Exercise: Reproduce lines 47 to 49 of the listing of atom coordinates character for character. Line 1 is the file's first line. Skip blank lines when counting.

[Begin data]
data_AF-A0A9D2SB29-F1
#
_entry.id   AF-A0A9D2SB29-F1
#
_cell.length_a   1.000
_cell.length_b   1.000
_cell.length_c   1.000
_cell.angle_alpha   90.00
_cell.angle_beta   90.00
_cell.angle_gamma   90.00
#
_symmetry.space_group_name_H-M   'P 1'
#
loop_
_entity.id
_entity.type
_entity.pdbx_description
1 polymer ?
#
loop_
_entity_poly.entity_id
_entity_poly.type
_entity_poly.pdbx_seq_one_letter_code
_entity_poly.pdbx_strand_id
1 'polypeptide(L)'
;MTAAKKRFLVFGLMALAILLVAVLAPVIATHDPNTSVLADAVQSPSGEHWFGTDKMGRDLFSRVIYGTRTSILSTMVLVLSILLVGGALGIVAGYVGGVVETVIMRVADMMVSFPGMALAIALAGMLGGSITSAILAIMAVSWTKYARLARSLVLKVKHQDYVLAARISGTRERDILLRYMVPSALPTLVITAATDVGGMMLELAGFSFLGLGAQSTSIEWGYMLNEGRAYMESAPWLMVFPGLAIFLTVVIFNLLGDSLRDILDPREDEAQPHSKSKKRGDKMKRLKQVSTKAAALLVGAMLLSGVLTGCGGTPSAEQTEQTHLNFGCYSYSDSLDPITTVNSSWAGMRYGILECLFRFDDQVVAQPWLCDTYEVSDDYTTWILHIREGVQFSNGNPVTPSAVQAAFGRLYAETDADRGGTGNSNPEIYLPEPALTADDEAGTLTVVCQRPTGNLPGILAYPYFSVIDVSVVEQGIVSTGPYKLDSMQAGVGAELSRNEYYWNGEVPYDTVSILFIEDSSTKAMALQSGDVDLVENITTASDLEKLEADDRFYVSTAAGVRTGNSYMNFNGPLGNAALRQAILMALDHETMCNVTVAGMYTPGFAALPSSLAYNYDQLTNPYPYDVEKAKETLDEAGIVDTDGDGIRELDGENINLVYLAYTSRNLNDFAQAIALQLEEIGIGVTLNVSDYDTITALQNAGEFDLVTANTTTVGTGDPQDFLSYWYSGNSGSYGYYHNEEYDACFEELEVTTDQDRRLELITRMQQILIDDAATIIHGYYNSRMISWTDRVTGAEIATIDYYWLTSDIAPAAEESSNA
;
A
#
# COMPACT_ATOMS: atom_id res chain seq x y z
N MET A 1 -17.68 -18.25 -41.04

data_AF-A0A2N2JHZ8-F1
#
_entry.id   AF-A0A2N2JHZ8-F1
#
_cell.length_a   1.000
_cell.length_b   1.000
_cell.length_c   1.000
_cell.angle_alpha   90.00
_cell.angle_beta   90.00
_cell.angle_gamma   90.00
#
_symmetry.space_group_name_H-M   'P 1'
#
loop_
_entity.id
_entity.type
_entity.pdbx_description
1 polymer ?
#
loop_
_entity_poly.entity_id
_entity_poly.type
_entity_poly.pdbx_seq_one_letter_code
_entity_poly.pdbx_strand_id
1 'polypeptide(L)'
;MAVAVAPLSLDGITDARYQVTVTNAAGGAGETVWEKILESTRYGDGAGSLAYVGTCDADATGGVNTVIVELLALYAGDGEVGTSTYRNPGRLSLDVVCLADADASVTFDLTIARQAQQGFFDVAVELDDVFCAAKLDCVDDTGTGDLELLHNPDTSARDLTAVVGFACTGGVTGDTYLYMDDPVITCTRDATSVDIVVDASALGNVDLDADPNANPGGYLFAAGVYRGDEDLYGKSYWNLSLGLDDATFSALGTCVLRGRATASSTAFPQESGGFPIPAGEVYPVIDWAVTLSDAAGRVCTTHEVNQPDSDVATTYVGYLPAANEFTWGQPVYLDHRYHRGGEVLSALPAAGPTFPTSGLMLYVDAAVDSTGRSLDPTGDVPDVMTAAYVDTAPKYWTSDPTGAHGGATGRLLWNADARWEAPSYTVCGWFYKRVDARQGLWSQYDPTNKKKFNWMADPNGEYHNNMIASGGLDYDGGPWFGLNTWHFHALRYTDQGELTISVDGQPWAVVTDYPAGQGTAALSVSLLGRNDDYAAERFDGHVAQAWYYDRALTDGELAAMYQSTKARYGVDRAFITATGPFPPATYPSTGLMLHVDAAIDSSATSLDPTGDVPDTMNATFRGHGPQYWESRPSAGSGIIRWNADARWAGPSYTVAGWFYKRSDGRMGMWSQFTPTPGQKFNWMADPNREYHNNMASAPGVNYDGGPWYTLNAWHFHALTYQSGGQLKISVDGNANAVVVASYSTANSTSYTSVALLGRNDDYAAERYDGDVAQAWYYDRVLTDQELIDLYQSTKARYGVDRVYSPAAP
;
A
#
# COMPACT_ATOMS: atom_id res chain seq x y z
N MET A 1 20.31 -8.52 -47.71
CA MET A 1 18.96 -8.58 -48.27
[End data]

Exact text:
_entity.type
_entity.pdbx_description
1 polymer ?